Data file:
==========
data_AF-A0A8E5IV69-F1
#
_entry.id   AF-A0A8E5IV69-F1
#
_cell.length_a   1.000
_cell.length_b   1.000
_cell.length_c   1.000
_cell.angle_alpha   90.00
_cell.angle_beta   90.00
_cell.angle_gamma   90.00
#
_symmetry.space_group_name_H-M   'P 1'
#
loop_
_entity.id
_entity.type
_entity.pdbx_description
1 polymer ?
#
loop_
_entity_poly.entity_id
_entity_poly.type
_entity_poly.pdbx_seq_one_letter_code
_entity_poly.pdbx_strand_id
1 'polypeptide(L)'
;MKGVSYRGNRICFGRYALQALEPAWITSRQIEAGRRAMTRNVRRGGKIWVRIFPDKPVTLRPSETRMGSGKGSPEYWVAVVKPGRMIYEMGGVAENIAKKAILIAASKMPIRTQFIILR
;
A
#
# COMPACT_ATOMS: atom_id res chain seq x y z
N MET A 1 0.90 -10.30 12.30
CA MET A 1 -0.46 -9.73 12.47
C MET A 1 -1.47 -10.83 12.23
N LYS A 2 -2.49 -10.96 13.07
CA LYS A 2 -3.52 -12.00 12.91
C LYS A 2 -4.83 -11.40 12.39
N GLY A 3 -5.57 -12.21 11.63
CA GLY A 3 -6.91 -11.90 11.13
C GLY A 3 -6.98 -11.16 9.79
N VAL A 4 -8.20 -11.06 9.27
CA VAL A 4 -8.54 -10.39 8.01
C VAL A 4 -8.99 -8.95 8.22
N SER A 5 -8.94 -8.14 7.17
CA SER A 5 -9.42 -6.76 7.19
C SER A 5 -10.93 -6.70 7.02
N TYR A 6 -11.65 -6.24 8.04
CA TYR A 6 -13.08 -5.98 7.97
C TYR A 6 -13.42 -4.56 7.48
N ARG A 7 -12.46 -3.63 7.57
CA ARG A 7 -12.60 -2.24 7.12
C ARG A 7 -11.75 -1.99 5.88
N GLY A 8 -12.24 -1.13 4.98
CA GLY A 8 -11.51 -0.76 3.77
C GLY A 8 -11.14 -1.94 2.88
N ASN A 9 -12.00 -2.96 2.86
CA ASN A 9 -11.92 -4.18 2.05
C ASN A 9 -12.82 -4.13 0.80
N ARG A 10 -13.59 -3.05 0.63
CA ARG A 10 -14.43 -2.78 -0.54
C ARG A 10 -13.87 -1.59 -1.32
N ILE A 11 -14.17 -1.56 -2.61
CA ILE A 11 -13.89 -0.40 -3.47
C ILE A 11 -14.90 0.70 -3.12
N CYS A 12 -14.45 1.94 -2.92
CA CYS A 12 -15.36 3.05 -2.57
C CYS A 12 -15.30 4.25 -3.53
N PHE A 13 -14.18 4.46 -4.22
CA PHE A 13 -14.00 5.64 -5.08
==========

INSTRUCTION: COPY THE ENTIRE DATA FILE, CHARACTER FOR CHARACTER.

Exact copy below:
data_AF-A0A8E5IV69-F1
#
_entry.id   AF-A0A8E5IV69-F1
#
_cell.length_a   1.000
_cell.length_b   1.000
_cell.length_c   1.000
_cell.angle_alpha   90.00
_cell.angle_beta   90.00
_cell.angle_gamma   90.00
#
_symmetry.space_group_name_H-M   'P 1'
#
loop_
_entity.id
_entity.type
_entity.pdbx_description
1 polymer ?
#
loop_
_entity_poly.entity_id
_entity_poly.type
_entity_poly.pdbx_seq_one_letter_code
_entity_poly.pdbx_strand_id
1 'polypeptide(L)'
;MKGVSYRGNRICFGRYALQALEPAWITSRQIEAGRRAMTRNVRRGGKIWVRIFPDKPVTLRPSETRMGSGKGSPEYWVAVVKPGRMIYEMGGVAENIAKKAILIAASKMPIRTQFIILR
;
A
#
# COMPACT_ATOMS: atom_id res chain seq x y z
N MET A 1 0.90 -10.30 12.30
CA MET A 1 -0.46 -9.73 12.47
C MET A 1 -1.47 -10.83 12.23
N LYS A 2 -2.49 -10.96 13.07
CA LYS A 2 -3.52 -12.00 12.91
C LYS A 2 -4.83 -11.40 12.39
N GLY A 3 -5.57 -12.21 11.63
CA GLY A 3 -6.91 -11.90 11.13
C GLY A 3 -6.98 -11.16 9.79
N VAL A 4 -8.20 -11.06 9.27
CA VAL A 4 -8.54 -10.39 8.01
C VAL A 4 -8.99 -8.95 8.22
N SER A 5 -8.94 -8.14 7.17
CA SER A 5 -9.42 -6.76 7.19
C SER A 5 -10.93 -6.70 7.02
N TYR A 6 -11.65 -6.24 8.04
CA TYR A 6 -13.08 -5.98 7.97
C TYR A 6 -13.42 -4.56 7.48
N ARG A 7 -12.46 -3.63 7.57
CA ARG A 7 -12.60 -2.24 7.12
C ARG A 7 -11.75 -1.99 5.88
N GLY A 8 -12.24 -1.13 4.98
CA GLY A 8 -11.51 -0.76 3.77
C GLY A 8 -11.14 -1.94 2.88
N ASN A 9 -12.00 -2.96 2.86
CA ASN A 9 -11.92 -4.18 2.05
C ASN A 9 -12.82 -4.13 0.80
N ARG A 10 -13.59 -3.05 0.63
CA ARG A 10 -14.43 -2.78 -0.54
C ARG A 10 -13.87 -1.59 -1.32
N ILE A 11 -14.17 -1.56 -2.61
CA ILE A 11 -13.89 -0.40 -3.47
C ILE A 11 -14.90 0.70 -3.12
N CYS A 12 -14.45 1.94 -2.92
CA CYS A 12 -15.36 3.05 -2.57
C CYS A 12 -15.30 4.25 -3.53
N PHE A 13 -14.18 4.46 -4.22
CA PHE A 13 -14.00 5.64 -5.08